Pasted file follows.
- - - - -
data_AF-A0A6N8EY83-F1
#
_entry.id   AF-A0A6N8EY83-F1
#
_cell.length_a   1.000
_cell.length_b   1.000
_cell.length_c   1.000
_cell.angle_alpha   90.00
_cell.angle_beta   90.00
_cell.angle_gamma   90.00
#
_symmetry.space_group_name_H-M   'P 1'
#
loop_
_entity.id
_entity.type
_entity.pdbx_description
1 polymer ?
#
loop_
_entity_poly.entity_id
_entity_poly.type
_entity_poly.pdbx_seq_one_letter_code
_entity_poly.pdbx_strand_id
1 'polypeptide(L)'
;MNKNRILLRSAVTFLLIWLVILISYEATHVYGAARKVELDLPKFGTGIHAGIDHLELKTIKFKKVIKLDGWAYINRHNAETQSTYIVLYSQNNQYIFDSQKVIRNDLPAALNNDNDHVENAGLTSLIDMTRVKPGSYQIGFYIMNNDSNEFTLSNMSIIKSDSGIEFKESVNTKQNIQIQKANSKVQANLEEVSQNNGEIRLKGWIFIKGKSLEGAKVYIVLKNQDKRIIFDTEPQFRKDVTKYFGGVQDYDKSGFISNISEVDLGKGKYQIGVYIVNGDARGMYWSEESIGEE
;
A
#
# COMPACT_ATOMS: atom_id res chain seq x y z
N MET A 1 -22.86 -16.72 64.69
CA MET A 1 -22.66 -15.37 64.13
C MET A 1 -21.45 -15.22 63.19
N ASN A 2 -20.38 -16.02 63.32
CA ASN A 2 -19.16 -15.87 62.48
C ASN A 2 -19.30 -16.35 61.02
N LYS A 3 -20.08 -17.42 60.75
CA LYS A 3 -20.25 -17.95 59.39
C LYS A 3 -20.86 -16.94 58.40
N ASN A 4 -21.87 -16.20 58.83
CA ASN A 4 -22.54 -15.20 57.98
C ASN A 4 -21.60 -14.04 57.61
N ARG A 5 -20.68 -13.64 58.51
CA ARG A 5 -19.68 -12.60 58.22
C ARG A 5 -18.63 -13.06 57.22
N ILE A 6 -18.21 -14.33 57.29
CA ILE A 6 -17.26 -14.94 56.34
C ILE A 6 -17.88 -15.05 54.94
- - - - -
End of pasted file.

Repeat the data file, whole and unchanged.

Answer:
data_AF-A0A6N8EY83-F1
#
_entry.id   AF-A0A6N8EY83-F1
#
_cell.length_a   1.000
_cell.length_b   1.000
_cell.length_c   1.000
_cell.angle_alpha   90.00
_cell.angle_beta   90.00
_cell.angle_gamma   90.00
#
_symmetry.space_group_name_H-M   'P 1'
#
loop_
_entity.id
_entity.type
_entity.pdbx_description
1 polymer ?
#
loop_
_entity_poly.entity_id
_entity_poly.type
_entity_poly.pdbx_seq_one_letter_code
_entity_poly.pdbx_strand_id
1 'polypeptide(L)'
;MNKNRILLRSAVTFLLIWLVILISYEATHVYGAARKVELDLPKFGTGIHAGIDHLELKTIKFKKVIKLDGWAYINRHNAETQSTYIVLYSQNNQYIFDSQKVIRNDLPAALNNDNDHVENAGLTSLIDMTRVKPGSYQIGFYIMNNDSNEFTLSNMSIIKSDSGIEFKESVNTKQNIQIQKANSKVQANLEEVSQNNGEIRLKGWIFIKGKSLEGAKVYIVLKNQDKRIIFDTEPQFRKDVTKYFGGVQDYDKSGFISNISEVDLGKGKYQIGVYIVNGDARGMYWSEESIGEE
;
A
#
# COMPACT_ATOMS: atom_id res chain seq x y z
N MET A 1 -22.86 -16.72 64.69
CA MET A 1 -22.66 -15.37 64.13
C MET A 1 -21.45 -15.22 63.19
N ASN A 2 -20.38 -16.02 63.32
CA ASN A 2 -19.16 -15.87 62.48
C ASN A 2 -19.30 -16.35 61.02
N LYS A 3 -20.08 -17.42 60.75
CA LYS A 3 -20.25 -17.95 59.39
C LYS A 3 -20.86 -16.94 58.40
N ASN A 4 -21.87 -16.20 58.83
CA ASN A 4 -22.54 -15.20 57.98
C ASN A 4 -21.60 -14.04 57.61
N ARG A 5 -20.68 -13.64 58.51
CA ARG A 5 -19.68 -12.60 58.22
C ARG A 5 -18.63 -13.06 57.22
N ILE A 6 -18.21 -14.33 57.29
CA ILE A 6 -17.26 -14.94 56.34
C ILE A 6 -17.88 -15.05 54.94